Video reveals brutal arrest of father for refusing to leave dying daughter

3 August 2020

Shocking police body camera footage has revealed the brutal arrest of a father for refusing to leave the bedside of his critically ill six-year-old daughter, after doctors announced life-saving treatment would be withdrawn without the family’s consent.

The arrest led to long serving NHS respiratory consultant, Dr Rashid Abbasi, 58, having a heart attack outside his daughter’s hospital room as four police officers arrested him on 19 August 2019.

Doctors at the hospital, which cannot be named for legal reasons, called for the police to remove or arrest Dr Abbasi after they announced they would withdraw treatment and ultimately enforce end of life ‘treatment’ on his six-year-old daughter, Zainab, through extubating her.

The case, hitherto unknown to the public, is reminiscent of the high-profile tragedies of Alfie Evans and Charlie Gard.

Reluctant to treat six-year-old girl

Six-year-old Zainab was suffering from a rare life-limiting neurodegenerative condition called Niemann-Pick Disease. Unrelated to that, she also contracted swine flu at the age of two, which led to serious respiratory problems requiring treatment.

The parents believe that the doctors became increasingly reluctant to treat even the treatable respiratory problems because of her underlying life-limiting neurodegenerative disease. Fighting for her life was seen as pointless by the hospital because the genetic disease would make it likely that she would die during childhood.

This caused numerous disputes between the parents, who are both doctors, and the medical team supporting Zainab, about the appropriate intensity of treatment, culminating in the incident captured on video in August 2019.

Zainab sadly died four weeks later.

Legal challenge

Supported by the Christian Legal Centre, Dr Abbasi and his family have begun legal proceedings against the police for wrongful arrest and are considering legal action against the NHS.

Responding to the video footage the police have said to the Mail on Sunday that it “sets out a very different picture to the limited version of events which have been presented to us.”

Dr Abbasi said: “We have lost our daughter Zainab, but we want to take action for future Zainabs so that no one else has to go through what she did and what we have.”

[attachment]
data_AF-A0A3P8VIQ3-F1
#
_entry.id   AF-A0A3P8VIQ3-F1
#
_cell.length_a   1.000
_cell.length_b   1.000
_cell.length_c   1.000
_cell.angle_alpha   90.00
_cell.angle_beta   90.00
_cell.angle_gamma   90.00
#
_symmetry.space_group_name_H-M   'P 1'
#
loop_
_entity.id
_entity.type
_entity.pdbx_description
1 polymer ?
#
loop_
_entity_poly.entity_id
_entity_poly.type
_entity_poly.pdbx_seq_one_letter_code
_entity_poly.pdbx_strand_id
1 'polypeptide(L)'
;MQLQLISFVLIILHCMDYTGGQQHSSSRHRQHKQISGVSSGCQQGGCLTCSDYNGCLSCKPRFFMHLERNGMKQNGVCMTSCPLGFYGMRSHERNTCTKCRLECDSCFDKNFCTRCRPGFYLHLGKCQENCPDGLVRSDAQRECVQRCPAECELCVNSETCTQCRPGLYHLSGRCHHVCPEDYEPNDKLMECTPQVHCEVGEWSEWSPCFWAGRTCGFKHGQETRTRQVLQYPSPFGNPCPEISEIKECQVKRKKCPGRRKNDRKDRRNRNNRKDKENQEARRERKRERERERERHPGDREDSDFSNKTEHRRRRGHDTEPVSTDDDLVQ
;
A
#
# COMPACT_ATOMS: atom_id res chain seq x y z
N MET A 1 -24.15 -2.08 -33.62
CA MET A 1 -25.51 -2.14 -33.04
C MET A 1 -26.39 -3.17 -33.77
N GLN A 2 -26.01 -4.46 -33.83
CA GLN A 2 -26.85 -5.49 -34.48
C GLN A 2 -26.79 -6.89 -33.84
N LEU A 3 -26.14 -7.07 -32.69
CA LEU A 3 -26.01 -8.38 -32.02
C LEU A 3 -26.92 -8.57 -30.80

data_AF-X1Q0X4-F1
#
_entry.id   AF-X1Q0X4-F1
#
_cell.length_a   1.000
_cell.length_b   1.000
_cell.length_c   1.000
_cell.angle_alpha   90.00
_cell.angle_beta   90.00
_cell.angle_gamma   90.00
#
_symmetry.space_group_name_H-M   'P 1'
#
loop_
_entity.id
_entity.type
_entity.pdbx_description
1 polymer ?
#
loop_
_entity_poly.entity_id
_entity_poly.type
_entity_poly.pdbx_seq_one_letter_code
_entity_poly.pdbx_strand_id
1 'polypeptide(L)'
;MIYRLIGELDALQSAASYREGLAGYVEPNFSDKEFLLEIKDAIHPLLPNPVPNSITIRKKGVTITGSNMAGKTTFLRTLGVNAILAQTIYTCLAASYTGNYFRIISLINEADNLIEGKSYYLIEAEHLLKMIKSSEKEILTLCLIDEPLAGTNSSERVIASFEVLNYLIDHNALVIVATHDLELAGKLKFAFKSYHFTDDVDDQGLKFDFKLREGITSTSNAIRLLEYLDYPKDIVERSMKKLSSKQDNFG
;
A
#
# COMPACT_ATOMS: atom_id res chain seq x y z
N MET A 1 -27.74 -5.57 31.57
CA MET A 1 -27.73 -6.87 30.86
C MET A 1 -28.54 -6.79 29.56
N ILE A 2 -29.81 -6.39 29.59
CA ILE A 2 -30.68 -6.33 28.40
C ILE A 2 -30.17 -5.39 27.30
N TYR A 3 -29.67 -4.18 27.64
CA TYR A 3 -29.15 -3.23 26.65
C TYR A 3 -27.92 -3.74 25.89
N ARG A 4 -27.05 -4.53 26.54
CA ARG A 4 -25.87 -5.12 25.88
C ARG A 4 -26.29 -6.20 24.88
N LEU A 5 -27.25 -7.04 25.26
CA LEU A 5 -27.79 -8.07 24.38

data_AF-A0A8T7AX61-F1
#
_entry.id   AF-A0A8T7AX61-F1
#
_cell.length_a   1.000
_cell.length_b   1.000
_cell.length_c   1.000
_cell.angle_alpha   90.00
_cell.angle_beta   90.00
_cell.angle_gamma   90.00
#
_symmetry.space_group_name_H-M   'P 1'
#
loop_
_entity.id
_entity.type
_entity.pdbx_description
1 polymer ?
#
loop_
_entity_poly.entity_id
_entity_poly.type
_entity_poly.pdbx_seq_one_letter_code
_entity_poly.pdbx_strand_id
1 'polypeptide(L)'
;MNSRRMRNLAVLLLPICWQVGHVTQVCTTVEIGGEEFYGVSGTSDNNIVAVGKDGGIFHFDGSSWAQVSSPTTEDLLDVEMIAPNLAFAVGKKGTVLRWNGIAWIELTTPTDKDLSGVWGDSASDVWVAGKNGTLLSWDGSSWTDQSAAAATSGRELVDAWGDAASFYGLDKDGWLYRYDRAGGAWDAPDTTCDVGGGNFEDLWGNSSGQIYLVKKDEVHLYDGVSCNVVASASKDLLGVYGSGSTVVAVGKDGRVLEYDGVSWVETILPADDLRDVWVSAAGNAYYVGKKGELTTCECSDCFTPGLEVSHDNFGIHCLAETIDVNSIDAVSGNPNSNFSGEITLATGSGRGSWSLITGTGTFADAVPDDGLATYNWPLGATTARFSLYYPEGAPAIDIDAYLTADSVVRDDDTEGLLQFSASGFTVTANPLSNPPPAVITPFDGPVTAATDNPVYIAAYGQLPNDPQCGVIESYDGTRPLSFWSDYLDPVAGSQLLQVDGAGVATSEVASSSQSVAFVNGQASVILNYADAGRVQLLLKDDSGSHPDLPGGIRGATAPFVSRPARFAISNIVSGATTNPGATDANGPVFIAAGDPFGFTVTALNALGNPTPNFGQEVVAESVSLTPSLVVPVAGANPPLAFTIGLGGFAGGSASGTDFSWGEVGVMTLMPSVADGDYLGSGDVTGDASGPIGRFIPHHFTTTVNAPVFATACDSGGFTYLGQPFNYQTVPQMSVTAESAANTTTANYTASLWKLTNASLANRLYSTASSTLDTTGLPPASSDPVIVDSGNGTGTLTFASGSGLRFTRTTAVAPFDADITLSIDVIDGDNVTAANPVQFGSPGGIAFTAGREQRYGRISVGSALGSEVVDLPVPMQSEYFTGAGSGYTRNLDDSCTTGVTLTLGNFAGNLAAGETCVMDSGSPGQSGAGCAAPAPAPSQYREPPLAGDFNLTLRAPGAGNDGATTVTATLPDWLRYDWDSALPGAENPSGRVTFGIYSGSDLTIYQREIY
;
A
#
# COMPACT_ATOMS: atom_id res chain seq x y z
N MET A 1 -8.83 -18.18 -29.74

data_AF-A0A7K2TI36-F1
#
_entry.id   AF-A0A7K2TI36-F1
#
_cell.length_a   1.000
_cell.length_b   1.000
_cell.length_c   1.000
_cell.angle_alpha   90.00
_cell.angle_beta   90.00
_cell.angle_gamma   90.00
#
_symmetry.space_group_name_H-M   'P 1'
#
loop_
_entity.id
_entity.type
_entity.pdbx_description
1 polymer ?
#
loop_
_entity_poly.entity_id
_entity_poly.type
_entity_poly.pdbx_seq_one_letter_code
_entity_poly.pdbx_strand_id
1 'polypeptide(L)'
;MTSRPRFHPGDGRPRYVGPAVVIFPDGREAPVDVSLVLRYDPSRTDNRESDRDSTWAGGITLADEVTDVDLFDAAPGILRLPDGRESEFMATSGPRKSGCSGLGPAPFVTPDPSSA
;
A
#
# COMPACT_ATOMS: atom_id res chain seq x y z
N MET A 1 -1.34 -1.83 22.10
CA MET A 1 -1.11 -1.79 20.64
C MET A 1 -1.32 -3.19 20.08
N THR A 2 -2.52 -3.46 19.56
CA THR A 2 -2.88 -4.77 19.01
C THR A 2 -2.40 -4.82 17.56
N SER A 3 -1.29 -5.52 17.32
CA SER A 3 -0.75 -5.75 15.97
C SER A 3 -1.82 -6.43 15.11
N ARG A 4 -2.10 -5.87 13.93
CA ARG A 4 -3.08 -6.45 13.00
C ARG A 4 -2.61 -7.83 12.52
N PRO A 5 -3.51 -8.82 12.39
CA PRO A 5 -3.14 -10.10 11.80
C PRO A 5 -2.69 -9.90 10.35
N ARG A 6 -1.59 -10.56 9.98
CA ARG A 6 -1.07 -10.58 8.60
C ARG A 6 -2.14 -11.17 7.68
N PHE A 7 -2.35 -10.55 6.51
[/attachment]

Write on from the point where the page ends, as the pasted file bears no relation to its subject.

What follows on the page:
‘They just want to kill her’

Shortly before the police body-cam video footage begins, Dr Abbasi and his family had been informed by the medical team responsible for Zainab’s care that they would be withdrawing life-saving treatment.

In recorded audio, Dr Abbasi can be heard saying that medical staff are trying “to kill my daughter.”

One doctor can be heard saying in the meeting that the process of withdrawing life support needs to start “straight away.”

Fearful that his daughter was being extubated in their absence from the intensive care unit, Dr Abbasi rushed back to her bedside and medical staff tried to block his way.

When Dr and Mrs Abbasi refused to consent to their daughter’s immediate extubation, the doctors tried to hand over a letter to severely restrict him from visiting his critically ill daughter. A few days earlier staff had tried to restrict his access due to claims that he was difficult but had to step down after he challenged the decision.

At Zainab’s bedside, Dr Abbasi’s wife, Dr Aliya Abbasi can be heard crying and saying: “They have made their decision already; they just want to kill her…they are going to just take the tube out. Let’s take her home.”

‘I’m having a heart attack’

The video footage begins with Dr Abbasi sitting tenderly holding his daughter’s hand with his wife and son at his side. Dr Abbasi has said that when his daughter developed the debilitating illness, she would communicate by squeezing his fingers with her little hand.

The police ask to speak to Dr Abbasi outside saying that “they have some concerns about his behaviour.” He replies quietly and calmly: “This is a lie…I don’t want to leave my daughter; my daughter is dying,” and he kisses her hand.

A six-foot police officer then approaches Dr Abbasi and says: “If you do not comply with what I am saying, there may be a necessity to place you under arrest.”

At no point, however, were the police able to produce any paperwork justifying this course of action. Police have still not produced an justification for Dr Abbasi’s arrest, despite our requesting all footage from the police officers.

As Dr Abbasi again refuses to leave, a police officer uses a metal spiked instrument to unclasp his hand from his daughter’s.

Meanwhile his wife pleads with the police and medical staff to show compassion but is then pulled by the shoulders away from the bedside and falls and screams in distress.

Alarmed at what is happening to his wife, Dr Abbasi shouts “what are you doing to my wife?” Two officers then drag him from the bedside and onto the floor.